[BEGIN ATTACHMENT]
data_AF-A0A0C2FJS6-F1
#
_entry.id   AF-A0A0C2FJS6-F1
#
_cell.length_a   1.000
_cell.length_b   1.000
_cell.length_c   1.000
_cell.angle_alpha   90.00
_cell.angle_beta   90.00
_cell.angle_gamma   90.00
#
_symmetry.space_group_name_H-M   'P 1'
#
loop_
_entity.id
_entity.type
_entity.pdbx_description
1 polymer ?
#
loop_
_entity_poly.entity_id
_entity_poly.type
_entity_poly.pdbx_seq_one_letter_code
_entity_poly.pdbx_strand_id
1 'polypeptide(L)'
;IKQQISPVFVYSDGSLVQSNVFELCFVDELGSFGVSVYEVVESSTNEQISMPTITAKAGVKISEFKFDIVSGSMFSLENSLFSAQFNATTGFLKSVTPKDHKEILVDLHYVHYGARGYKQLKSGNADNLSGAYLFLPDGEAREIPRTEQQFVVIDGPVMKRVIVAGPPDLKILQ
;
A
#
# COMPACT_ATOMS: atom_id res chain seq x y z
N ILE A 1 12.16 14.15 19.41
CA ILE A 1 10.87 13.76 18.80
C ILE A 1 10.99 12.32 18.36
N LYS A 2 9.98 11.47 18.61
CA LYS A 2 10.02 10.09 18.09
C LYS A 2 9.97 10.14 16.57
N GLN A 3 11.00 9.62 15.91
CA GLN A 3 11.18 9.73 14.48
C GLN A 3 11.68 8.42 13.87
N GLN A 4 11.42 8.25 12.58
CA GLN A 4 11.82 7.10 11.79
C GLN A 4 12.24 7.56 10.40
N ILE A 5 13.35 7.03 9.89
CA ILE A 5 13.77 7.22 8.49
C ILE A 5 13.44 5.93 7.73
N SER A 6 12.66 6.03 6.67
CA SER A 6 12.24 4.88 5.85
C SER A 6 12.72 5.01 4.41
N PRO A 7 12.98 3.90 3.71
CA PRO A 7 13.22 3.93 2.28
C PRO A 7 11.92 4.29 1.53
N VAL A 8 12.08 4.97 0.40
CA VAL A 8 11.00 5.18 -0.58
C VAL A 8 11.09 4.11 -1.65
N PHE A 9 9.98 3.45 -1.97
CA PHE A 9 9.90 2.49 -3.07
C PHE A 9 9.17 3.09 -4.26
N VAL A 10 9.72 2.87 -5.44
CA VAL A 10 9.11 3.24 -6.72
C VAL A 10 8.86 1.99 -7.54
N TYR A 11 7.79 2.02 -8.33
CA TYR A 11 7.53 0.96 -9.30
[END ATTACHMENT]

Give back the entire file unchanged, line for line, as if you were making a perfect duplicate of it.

data_AF-A0A0C2FJS6-F1
#
_entry.id   AF-A0A0C2FJS6-F1
#
_cell.length_a   1.000
_cell.length_b   1.000
_cell.length_c   1.000
_cell.angle_alpha   90.00
_cell.angle_beta   90.00
_cell.angle_gamma   90.00
#
_symmetry.space_group_name_H-M   'P 1'
#
loop_
_entity.id
_entity.type
_entity.pdbx_description
1 polymer ?
#
loop_
_entity_poly.entity_id
_entity_poly.type
_entity_poly.pdbx_seq_one_letter_code
_entity_poly.pdbx_strand_id
1 'polypeptide(L)'
;IKQQISPVFVYSDGSLVQSNVFELCFVDELGSFGVSVYEVVESSTNEQISMPTITAKAGVKISEFKFDIVSGSMFSLENSLFSAQFNATTGFLKSVTPKDHKEILVDLHYVHYGARGYKQLKSGNADNLSGAYLFLPDGEAREIPRTEQQFVVIDGPVMKRVIVAGPPDLKILQ
;
A
#
# COMPACT_ATOMS: atom_id res chain seq x y z
N ILE A 1 12.16 14.15 19.41
CA ILE A 1 10.87 13.76 18.80
C ILE A 1 10.99 12.32 18.36
N LYS A 2 9.98 11.47 18.61
CA LYS A 2 10.02 10.09 18.09
C LYS A 2 9.97 10.14 16.57
N GLN A 3 11.00 9.62 15.91
CA GLN A 3 11.18 9.73 14.48
C GLN A 3 11.68 8.42 13.87
N GLN A 4 11.42 8.25 12.58
CA GLN A 4 11.82 7.10 11.79
C GLN A 4 12.24 7.56 10.40
N ILE A 5 13.35 7.03 9.89
CA ILE A 5 13.77 7.22 8.49
C ILE A 5 13.44 5.93 7.73
N SER A 6 12.66 6.03 6.67
CA SER A 6 12.24 4.88 5.85
C SER A 6 12.72 5.01 4.41
N PRO A 7 12.98 3.90 3.71
CA PRO A 7 13.22 3.93 2.28
C PRO A 7 11.92 4.29 1.53
N VAL A 8 12.08 4.97 0.40
CA VAL A 8 11.00 5.18 -0.58
C VAL A 8 11.09 4.11 -1.65
N PHE A 9 9.98 3.45 -1.97
CA PHE A 9 9.90 2.49 -3.07
C PHE A 9 9.17 3.09 -4.26
N VAL A 10 9.72 2.87 -5.44
CA VAL A 10 9.11 3.24 -6.72
C VAL A 10 8.86 1.99 -7.54
N TYR A 11 7.79 2.02 -8.33
CA TYR A 11 7.53 0.96 -9.30